He took her by the arm and began to lead her towards the loading dock of the warehouse. He had studied the plans of the facility before the mission and knew it was their only possible escape route. “I’m going to get you out of here,” Vaughn declared as he hid them behind a stack of book crates.
“No,” she protested, “I know why you came here and I can help.”
Vaughn shook his head, “There’s no time and they’ve confiscated my explosives.” He glanced back at the charging soldiers yelling at them to halt. “There’s no way we can destroy the computers in time.”
“Men like you and Antipov,” the brilliant computer engineer began, “think that the only way to solve your problems is to blow them to bits. This is a new era Mr. Vaughn, new tools. And new ways to destroy them.” She pulled a small slip of paper from her pocket—a binary punch card with a complex sequence programmed in.
“What is that?” Vaughn inquired with genuine curiosity.
“I call it a ‘virus’,” Leya Molokovo explained.
Leya led Vaughn down the spiral staircase to the huge bank of computer systems that lived beneath the warehouse. The sizable complex buzzed with the sound of machinery. Her comrades were starting to trickle in and they studied the flustered Molokovo with her strange companion quizzically. “Over here,” Leya declared, pointing to a slot at the end of one of the three rows of computer banks. She flipped a switch next to the slot and fed her binary punch card into the opening. For a moment the lights flickered. When the room returned to brightness, each one of the computer systems began to shut down with a loud hum until the entire facility was nearly silent except for the confused whispers of the other engineers.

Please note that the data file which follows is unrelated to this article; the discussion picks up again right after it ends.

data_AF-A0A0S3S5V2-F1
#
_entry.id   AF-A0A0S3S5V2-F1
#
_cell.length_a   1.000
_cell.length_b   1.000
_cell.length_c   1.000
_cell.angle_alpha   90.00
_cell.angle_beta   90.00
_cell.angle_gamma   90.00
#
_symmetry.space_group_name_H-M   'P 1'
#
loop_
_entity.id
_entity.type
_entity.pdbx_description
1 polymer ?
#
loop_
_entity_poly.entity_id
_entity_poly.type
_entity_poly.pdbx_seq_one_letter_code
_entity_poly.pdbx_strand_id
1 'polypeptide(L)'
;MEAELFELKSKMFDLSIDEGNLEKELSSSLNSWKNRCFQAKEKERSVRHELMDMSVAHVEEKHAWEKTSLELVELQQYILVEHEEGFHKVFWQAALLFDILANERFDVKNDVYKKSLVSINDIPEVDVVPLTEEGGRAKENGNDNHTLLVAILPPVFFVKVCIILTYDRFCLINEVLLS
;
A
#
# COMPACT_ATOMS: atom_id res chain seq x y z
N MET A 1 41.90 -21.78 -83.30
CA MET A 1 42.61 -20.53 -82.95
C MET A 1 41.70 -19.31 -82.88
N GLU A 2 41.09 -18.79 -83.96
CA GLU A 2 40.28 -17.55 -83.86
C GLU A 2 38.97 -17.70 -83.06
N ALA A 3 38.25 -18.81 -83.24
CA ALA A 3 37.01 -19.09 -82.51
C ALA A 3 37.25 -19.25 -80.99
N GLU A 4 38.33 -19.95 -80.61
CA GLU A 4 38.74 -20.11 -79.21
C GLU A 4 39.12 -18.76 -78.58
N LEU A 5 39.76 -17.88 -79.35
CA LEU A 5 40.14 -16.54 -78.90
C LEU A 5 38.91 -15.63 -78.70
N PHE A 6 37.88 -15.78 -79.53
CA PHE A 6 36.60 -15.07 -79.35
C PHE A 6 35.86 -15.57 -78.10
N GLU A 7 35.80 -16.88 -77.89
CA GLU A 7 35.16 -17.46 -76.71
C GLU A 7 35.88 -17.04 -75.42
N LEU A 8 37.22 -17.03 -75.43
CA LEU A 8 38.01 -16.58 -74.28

“Well I’ll be damned,” Vaughn exclaimed in disbelief.
Leya smirked, but her satisfaction did not last as she began to hear the sound of boots marching down the spiral staircase. Vaughn closed the huge metal door behind them and barred it with the rifle he had stolen from the soldiers.
“Is there a way out of here?” Vaughn asked, barely hiding his desperation.
“No,” she replied curtly.
Just then, a short, bald man in wire-frame spectacles dressed in a lab coat approached Vaughn and Leya from around the corner of one of the now-silent computer systems. Leya recognized him as Petrov, a data engineer who had been working at the facility for around two years. “There is always a way out,” Petrov countered.